Our ward talent show was tonight, and was yet another reminder of the imperfectness of my little bedraggled family. Yeah, yeah, I know the platitudes- we’re all imperfect, if we could see them not on Sunday, everyone has problems and we’d all pick our own back from the collective pile given the choice, etc etc etc… I’ve heard them all, and know there are grains of truth in every platitude. Yet there it is, right in my face, the litany of perfect smiling families on parade.
We are many things, my three children and I- but mostly we are battle-scarred and tender around the edges still, a year and half beyond divorce. While it may be unpopular to say, I do believe divorce doesn’t have to always be catastrophic- if both parents can rise above pettiness, children can still thrive with two parents who love them, even if those parents aren’t married to each other anymore. Unfortunately, this isn’t the straw we drew.
We arrived a little late due to a crisis involving scientifically accurate pencil drawings of insects by Bean, my 7 year-old son with autism. He doesn’t do well in loud, crowded places with people who might touch him, but I have two typical kids and I can’t bow-out of everything (and believe me, I want to sometimes). So much well-meaning advice is given out to me about how to discipline my son with autism- and I wish it were only that easy. My oldest son has his shirt on inside-out and forgot his coat, and my daughter is wearing a satin Snow White gown with pink ballet slippers. People smile- and are almost always kind in our heavily populated and active ward.
My kids sit in their chairs, and ask why we are not part of the talent show. Bean begins to cry; he wants to go up on stage and show everyone how great his talent for hiding is- and he’s right- the kid is an ace hider. (once I found him– after abject panic set in and I was ready to dial 911– up inside the box springs under his sister’s bed) How cool would that be? All six of the Smith family’s children played their violins, and my kid goes up on stage and unleashes his mad hiding skills.
We are not in the talent show because, while I made the signs for it to hang around the ward building, I had finals the last two weeks at the University and the talent show barely registered on my radar. Since we drew the short straw, I find myself juggling three kids, full-time school, running a house, trying to freelance and maintain the slimmest grip on my sanity, without any co-parenting or support. Now, I don’t feel sorry for myself- like the old pile of troubles, I would chose to be doing this over a bad marriage every time. Yet my children don’t have my perspective.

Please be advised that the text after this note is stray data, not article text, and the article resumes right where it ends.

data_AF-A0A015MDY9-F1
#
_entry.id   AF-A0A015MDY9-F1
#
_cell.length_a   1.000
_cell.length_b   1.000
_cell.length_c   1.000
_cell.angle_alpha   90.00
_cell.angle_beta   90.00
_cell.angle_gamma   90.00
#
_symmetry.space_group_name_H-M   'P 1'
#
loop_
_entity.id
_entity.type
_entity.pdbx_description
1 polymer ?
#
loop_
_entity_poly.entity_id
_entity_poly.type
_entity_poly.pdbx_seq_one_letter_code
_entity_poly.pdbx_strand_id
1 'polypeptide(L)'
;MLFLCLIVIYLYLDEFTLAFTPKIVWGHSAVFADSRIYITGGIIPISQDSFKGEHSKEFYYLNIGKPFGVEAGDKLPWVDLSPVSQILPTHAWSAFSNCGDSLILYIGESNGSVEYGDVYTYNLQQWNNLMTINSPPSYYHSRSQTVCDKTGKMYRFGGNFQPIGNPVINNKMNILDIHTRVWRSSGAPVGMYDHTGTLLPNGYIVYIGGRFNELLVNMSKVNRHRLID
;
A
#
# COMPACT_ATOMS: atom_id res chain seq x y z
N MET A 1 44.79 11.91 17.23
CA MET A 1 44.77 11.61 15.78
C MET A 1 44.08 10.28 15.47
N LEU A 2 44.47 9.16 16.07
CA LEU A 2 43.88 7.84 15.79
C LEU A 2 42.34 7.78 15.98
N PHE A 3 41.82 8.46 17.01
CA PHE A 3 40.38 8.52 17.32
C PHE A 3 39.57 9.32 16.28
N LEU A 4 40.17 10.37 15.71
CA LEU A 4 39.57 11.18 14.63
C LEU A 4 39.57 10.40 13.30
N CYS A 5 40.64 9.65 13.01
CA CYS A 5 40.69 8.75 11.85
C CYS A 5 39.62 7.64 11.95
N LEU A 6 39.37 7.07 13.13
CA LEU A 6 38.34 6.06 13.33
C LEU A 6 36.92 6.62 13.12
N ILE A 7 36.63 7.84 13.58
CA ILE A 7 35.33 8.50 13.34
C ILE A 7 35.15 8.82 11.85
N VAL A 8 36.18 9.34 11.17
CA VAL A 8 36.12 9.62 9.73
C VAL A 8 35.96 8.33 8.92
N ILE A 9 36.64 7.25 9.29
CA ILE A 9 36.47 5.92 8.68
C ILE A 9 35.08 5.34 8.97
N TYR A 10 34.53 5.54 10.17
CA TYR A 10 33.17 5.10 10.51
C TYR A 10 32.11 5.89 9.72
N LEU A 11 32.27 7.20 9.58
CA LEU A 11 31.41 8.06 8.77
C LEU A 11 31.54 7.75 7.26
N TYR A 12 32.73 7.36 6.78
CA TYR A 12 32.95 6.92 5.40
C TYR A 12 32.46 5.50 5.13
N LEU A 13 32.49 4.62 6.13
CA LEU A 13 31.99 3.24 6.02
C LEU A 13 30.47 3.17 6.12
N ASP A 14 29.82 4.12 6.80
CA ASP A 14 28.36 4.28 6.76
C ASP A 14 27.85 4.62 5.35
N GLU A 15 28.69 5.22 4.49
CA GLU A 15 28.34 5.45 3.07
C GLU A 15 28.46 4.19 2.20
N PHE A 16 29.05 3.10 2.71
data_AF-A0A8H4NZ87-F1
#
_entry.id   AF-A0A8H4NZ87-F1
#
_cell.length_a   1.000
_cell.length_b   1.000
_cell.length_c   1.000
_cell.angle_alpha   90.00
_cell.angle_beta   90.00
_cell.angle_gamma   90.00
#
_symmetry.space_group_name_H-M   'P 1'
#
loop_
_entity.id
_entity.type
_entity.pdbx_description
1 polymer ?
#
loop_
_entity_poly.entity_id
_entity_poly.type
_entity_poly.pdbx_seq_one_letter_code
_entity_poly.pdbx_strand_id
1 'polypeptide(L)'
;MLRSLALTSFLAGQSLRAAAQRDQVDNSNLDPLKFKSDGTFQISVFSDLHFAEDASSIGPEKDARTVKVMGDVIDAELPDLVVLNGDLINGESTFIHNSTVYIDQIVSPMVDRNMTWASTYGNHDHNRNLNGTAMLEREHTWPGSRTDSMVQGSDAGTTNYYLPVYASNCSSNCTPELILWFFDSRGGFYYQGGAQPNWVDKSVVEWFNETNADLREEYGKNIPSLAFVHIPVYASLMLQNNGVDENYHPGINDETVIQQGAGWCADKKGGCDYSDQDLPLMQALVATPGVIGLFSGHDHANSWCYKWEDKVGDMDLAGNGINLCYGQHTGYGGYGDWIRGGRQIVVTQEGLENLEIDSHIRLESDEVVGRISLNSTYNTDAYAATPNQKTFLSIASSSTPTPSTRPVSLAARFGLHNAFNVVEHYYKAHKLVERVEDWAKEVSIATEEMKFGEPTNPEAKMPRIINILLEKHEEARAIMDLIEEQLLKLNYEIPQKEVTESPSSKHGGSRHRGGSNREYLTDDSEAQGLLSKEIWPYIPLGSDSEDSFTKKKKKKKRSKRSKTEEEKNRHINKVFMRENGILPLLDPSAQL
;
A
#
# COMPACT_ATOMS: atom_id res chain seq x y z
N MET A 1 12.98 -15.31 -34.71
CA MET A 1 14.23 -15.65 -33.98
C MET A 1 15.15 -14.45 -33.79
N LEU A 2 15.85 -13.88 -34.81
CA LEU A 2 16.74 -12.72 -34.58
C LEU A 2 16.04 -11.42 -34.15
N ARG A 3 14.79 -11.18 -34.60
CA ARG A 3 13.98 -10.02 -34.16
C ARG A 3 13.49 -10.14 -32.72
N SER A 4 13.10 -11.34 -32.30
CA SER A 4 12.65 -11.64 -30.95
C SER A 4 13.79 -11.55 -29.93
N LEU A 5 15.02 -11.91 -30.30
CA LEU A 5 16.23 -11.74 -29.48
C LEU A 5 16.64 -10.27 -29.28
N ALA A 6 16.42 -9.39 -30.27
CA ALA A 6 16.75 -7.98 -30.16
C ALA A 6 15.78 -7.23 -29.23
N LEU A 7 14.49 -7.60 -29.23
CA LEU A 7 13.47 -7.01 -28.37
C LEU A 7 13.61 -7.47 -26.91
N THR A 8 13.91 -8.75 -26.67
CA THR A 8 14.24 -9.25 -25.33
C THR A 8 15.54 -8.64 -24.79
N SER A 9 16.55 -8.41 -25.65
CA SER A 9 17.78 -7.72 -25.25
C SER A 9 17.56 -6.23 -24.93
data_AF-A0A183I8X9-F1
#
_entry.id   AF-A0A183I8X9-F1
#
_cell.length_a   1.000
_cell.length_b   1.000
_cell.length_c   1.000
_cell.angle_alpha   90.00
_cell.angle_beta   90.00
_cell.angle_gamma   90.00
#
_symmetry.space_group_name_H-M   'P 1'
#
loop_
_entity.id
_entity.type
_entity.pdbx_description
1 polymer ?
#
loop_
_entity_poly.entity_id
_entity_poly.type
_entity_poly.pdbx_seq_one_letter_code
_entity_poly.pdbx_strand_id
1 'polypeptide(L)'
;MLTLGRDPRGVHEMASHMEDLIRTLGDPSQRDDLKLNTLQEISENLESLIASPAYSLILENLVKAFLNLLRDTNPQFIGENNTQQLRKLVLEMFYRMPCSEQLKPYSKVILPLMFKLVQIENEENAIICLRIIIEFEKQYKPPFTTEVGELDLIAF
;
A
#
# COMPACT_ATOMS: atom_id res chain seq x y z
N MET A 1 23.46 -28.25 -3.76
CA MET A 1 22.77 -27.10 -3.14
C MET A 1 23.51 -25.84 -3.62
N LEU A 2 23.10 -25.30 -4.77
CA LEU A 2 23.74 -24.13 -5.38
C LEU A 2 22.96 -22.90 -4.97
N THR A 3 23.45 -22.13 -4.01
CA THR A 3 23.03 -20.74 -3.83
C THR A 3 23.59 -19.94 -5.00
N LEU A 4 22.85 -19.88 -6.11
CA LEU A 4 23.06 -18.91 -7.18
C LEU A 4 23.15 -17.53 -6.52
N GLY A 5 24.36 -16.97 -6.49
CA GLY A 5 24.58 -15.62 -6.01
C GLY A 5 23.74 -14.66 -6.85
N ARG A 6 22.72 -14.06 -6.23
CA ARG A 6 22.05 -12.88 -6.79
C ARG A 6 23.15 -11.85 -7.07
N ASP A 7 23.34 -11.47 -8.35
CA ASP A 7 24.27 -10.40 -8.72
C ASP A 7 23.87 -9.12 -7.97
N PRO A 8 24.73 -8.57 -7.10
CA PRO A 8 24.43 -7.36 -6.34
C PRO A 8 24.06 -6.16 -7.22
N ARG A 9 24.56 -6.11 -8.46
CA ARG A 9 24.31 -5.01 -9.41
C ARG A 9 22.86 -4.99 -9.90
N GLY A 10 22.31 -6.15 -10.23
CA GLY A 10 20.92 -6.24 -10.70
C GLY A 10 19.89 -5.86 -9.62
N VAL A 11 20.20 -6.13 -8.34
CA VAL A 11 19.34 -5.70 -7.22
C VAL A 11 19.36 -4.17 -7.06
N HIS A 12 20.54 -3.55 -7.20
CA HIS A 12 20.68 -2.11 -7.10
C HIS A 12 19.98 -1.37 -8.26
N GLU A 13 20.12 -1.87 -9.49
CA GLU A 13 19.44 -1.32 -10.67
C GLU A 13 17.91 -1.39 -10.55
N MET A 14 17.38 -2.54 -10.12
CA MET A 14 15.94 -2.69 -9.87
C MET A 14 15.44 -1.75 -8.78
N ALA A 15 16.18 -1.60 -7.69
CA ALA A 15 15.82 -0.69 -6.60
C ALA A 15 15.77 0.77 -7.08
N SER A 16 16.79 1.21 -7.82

My children sit, and look at the families with dads present and involved. They see fathers laughing and clapping for their daughters who dance, for their sons who play the cello, and for their multiples who sing in harmony sweet enough to make your cry. They look at me, and ask “why not us?” and I have no answer. Not for them, not for me.
There is so much sweetness in Mormon life. So much to rejoice in and celebrate. A talent show is a great opportunity for us to gather collectively and learn about the graces scattered in our ward. It’s also another quiet reminder to some of us how broken and bent our own feathers are, and how short we fall from the picturesque ideal of what Mormon life looks like.
It’s never far from our reality, actually. The platitude is, I believe, that we teach correct principles rather than to the exception. Like so many theories, when fleshly hearts that are tender and torn realize they are the exceptions, it’s punching bruises. Each Sunday, and each activity, and each Primary lesson, my kids are reminded again that we do not have the priesthood in our home, that we are not an eternal family, that mothers belong in the home to keep the world at bay, that there is no one to preside in our borrowed little house, and that their world does not fit this ideal.
For three little kids with their noses pressed to the window, it’s pretty darn cold outside.